[This is part of the series: The Complete Guide To Economics 101.]
What is final output?
Final Outputs are goods and services in an economy that are sold for their final use.
For instance, a cotton trader that is selling raw cotton to a textile mill is not an example of a product that is being sold for its final use.
Neither is a textile mill that sells a finished shirt to a retail store.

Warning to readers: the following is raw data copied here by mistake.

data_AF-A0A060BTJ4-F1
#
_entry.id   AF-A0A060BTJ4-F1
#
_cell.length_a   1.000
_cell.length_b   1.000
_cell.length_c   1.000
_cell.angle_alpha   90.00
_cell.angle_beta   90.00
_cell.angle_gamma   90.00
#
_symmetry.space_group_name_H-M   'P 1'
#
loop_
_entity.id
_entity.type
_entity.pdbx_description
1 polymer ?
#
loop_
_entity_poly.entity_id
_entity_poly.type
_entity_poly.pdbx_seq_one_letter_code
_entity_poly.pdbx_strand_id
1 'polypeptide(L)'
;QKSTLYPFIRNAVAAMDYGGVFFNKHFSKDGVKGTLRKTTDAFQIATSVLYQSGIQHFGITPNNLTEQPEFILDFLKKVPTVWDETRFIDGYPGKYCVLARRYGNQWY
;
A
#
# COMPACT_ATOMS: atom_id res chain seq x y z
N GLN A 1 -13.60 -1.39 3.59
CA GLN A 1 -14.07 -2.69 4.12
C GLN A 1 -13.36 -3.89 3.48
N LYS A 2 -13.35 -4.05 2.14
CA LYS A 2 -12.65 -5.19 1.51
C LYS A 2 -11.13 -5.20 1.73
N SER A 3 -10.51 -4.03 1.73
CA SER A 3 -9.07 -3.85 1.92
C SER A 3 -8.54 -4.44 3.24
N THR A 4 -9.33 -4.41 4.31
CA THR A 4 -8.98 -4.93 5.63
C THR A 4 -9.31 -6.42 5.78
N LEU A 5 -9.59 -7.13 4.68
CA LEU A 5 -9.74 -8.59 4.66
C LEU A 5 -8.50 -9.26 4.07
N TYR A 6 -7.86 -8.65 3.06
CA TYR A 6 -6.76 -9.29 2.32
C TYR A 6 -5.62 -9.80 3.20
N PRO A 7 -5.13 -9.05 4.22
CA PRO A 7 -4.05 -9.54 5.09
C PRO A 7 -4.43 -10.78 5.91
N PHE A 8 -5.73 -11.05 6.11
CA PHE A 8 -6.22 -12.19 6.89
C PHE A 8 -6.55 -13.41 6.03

However, a university selling t-shirts to fans at a football game would be an example of goods being sold for final output.
This distinction is made because calculating some aggregates (for example, GDP) only accounts for goods and services classified as “final output.”